Sept. 18, 2013 — An old joke concerns the definition of the word “pervert”.
The answer is that it is someone from Kentucky who likes sex better than basketball.
That obviously is an extreme view but our state’s long-term love affair with the sport of basketball, particularly the Kentucky Wildcats, is well documented.
In the days when Kentucky was last in every national statistic, and state politicians proudly pointed to the NCAA championship banners hanging in Memorial Coliseum and later in Rupp Arena.
Of all the great UK teams, none was more loved than Rick Pitino’s “Unforgettables”, the 1991–92 squad that went to the NCAA tournament after two years of probation resulting from recruiting misdeeds during the Eddie Sutton era.
That team had four seniors, three of whom were Kentuckians. They each endeared themselves to the Big Blue Nation because they had remained loyal to the program throughout its long, painful period.
Members of "The Unforgettables" were Richie Farmer, a shooting guard from Manchester; Deron Feldhaus, a forward from Maysville; John Pelphrey, a forward from Paintsville; and Sean Woods, a point guard from Indianapolis, Ind.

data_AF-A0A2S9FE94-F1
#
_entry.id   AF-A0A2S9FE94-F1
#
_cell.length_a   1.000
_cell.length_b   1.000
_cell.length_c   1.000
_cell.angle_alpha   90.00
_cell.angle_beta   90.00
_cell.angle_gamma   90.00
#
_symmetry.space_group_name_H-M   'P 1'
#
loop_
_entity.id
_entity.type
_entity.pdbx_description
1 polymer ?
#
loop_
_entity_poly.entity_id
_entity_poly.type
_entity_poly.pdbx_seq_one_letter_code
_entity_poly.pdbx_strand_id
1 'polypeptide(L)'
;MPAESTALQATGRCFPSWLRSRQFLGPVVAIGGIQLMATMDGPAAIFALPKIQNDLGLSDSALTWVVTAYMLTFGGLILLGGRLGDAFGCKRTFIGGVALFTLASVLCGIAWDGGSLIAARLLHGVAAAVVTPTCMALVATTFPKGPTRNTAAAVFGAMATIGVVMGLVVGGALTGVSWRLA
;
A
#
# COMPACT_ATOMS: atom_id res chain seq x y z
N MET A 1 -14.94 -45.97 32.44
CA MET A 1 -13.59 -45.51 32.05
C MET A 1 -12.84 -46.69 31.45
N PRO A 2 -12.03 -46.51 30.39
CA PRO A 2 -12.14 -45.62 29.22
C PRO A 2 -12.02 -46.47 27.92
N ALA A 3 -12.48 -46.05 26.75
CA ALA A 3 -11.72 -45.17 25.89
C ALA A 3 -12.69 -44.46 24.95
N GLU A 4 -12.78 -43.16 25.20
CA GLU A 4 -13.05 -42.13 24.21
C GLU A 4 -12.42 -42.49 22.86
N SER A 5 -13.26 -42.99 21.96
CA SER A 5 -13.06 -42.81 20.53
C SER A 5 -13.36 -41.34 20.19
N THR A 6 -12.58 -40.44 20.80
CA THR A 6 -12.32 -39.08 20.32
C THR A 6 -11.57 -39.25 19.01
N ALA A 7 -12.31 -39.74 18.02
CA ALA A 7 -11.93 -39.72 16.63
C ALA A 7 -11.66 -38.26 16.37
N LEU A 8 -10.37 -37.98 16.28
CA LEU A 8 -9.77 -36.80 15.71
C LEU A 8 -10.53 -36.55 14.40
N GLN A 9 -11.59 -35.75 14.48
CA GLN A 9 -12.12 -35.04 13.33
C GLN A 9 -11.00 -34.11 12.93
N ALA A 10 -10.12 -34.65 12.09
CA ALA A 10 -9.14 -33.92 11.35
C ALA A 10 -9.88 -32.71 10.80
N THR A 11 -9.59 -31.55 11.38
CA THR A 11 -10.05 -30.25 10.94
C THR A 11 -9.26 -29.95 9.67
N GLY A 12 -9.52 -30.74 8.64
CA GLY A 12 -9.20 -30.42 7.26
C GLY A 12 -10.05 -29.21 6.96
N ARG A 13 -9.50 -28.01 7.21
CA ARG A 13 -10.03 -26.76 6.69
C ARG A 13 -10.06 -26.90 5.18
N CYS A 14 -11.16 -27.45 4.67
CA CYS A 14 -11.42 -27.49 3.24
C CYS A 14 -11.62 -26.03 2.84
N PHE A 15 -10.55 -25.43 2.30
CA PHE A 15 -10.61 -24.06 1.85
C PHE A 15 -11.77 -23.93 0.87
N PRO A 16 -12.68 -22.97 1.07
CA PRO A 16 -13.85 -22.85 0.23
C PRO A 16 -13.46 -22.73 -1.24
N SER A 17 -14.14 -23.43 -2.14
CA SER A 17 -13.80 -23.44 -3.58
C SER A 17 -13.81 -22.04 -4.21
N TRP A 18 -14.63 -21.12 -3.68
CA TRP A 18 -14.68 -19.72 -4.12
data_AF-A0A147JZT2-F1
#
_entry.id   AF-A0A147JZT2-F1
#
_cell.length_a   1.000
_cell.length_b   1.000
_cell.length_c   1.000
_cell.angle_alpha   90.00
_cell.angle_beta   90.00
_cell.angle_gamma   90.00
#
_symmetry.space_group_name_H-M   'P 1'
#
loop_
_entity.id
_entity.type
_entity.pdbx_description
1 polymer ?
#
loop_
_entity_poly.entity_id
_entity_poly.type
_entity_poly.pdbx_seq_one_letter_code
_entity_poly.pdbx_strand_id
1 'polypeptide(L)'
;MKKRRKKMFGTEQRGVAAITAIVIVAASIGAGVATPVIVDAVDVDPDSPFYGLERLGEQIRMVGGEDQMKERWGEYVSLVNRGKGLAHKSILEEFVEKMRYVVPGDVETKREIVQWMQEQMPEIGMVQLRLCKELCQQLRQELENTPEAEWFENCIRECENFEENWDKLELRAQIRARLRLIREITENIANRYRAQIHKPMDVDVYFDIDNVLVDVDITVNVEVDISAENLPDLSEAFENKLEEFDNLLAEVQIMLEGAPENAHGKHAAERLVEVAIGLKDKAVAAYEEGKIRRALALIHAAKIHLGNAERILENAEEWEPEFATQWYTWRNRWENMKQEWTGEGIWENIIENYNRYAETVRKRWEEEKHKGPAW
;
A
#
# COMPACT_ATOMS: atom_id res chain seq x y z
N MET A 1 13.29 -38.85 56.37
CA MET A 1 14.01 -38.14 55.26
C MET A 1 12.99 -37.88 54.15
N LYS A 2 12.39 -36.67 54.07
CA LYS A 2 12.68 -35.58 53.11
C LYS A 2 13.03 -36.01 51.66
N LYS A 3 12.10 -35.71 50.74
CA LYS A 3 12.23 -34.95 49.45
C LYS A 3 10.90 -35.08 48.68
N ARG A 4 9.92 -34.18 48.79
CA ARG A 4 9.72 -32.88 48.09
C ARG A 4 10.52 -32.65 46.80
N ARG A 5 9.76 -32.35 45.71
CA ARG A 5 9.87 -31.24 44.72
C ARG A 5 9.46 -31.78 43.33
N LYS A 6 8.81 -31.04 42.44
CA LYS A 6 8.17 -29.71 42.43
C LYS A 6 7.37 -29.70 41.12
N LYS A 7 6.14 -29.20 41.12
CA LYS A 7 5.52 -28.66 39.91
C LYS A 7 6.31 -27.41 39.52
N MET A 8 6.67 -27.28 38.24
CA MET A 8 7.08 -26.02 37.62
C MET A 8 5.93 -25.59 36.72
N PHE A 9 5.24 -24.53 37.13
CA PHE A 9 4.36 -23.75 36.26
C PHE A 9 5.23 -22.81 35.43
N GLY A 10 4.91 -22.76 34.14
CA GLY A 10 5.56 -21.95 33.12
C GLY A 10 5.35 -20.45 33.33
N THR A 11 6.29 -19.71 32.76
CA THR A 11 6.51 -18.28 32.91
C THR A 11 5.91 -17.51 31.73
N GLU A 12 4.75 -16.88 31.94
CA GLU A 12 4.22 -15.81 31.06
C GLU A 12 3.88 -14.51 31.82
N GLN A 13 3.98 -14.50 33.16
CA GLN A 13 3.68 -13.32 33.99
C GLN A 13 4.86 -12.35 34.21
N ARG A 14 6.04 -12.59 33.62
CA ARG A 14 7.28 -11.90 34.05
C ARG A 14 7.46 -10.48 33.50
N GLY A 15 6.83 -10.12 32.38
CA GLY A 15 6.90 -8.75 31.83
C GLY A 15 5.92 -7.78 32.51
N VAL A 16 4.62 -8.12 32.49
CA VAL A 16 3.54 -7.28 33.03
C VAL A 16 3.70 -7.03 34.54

Woods, coincidentally, is now the head coach at Morehead State University. Pelphrey is an assistant coach at Florida.
The best player on that team was sophomore Jamal Mashburn, who went on to play 12 years in the NBA.
The Wildcats made it to the regional finals in the NCAA Tournament where they lost to Duke in a heartbreaker many consider the greatest college game in history.
Farmer parlayed his high profile as a college basketball hero into a statewide political career which saw him win two terms as state agriculture commissioner and run unsuccessfully for lieutenant governor.
At one point, he was openly touted as a future Republican prospect for governor in what would have been a fairy tale success story.
The remnants of that dashed dream were shredded last week in federal and state courtrooms where Farmer pleaded guilty to misappropriating public funds and to abusing his public trust as an elected official.
Today, he is free on bond while awaiting final sentencing that will send him to a federal prison for up to 27 months and cost him $120,000 in restitution and $63,000 for state ethics violations.
In our view, Richie Farmer has betrayed himself, his family, his university, his fans, his teammates, his state and his public office.
Without question, his jersey should come down from the rafters of Rupp Arena. He has to understand that there is no honor for or among thieves.